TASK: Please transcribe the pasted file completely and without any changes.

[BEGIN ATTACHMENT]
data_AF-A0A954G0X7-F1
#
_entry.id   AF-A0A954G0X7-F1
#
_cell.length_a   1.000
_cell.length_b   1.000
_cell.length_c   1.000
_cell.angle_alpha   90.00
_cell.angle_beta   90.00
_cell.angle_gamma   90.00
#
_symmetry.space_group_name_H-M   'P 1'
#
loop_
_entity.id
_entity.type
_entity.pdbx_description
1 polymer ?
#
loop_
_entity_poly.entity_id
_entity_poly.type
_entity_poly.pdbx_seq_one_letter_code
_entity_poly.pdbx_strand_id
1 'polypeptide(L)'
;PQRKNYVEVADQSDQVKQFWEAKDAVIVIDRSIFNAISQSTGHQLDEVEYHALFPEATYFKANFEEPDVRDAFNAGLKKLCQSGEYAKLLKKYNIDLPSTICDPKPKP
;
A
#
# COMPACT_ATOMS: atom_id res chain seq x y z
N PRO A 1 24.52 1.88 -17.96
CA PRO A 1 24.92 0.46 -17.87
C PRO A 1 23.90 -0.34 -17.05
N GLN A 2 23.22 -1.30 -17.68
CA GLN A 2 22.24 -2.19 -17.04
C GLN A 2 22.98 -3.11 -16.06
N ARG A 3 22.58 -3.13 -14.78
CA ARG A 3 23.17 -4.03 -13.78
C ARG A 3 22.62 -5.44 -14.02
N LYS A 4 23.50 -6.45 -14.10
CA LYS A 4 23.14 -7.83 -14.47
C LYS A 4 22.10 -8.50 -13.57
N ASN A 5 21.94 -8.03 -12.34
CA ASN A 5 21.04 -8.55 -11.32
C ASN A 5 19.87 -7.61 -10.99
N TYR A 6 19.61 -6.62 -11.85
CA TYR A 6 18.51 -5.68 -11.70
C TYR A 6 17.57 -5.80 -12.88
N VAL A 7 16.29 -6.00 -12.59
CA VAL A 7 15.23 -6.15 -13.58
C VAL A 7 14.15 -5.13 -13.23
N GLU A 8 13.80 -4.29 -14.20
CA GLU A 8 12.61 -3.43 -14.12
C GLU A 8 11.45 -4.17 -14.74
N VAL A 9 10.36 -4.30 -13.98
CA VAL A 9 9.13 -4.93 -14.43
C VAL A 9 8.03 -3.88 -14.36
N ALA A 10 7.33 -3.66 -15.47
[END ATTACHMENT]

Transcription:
data_AF-A0A954G0X7-F1
#
_entry.id   AF-A0A954G0X7-F1
#
_cell.length_a   1.000
_cell.length_b   1.000
_cell.length_c   1.000
_cell.angle_alpha   90.00
_cell.angle_beta   90.00
_cell.angle_gamma   90.00
#
_symmetry.space_group_name_H-M   'P 1'
#
loop_
_entity.id
_entity.type
_entity.pdbx_description
1 polymer ?
#
loop_
_entity_poly.entity_id
_entity_poly.type
_entity_poly.pdbx_seq_one_letter_code
_entity_poly.pdbx_strand_id
1 'polypeptide(L)'
;PQRKNYVEVADQSDQVKQFWEAKDAVIVIDRSIFNAISQSTGHQLDEVEYHALFPEATYFKANFEEPDVRDAFNAGLKKLCQSGEYAKLLKKYNIDLPSTICDPKPKP
;
A
#
# COMPACT_ATOMS: atom_id res chain seq x y z
N PRO A 1 24.52 1.88 -17.96
CA PRO A 1 24.92 0.46 -17.87
C PRO A 1 23.90 -0.34 -17.05
N GLN A 2 23.22 -1.30 -17.68
CA GLN A 2 22.24 -2.19 -17.04
C GLN A 2 22.98 -3.11 -16.06
N ARG A 3 22.58 -3.13 -14.78
CA ARG A 3 23.17 -4.03 -13.78
C ARG A 3 22.62 -5.44 -14.02
N LYS A 4 23.50 -6.45 -14.10
CA LYS A 4 23.14 -7.83 -14.47
C LYS A 4 22.10 -8.50 -13.57
N ASN A 5 21.94 -8.03 -12.34
CA ASN A 5 21.04 -8.55 -11.32
C ASN A 5 19.87 -7.61 -10.99
N TYR A 6 19.61 -6.62 -11.85
CA TYR A 6 18.51 -5.68 -11.70
C TYR A 6 17.57 -5.80 -12.88
N VAL A 7 16.29 -6.00 -12.59
CA VAL A 7 15.23 -6.15 -13.58
C VAL A 7 14.15 -5.13 -13.23
N GLU A 8 13.80 -4.29 -14.20
CA GLU A 8 12.61 -3.43 -14.12
C GLU A 8 11.45 -4.17 -14.74
N VAL A 9 10.36 -4.30 -13.98
CA VAL A 9 9.13 -4.93 -14.43
C VAL A 9 8.03 -3.88 -14.36
N ALA A 10 7.33 -3.66 -15.47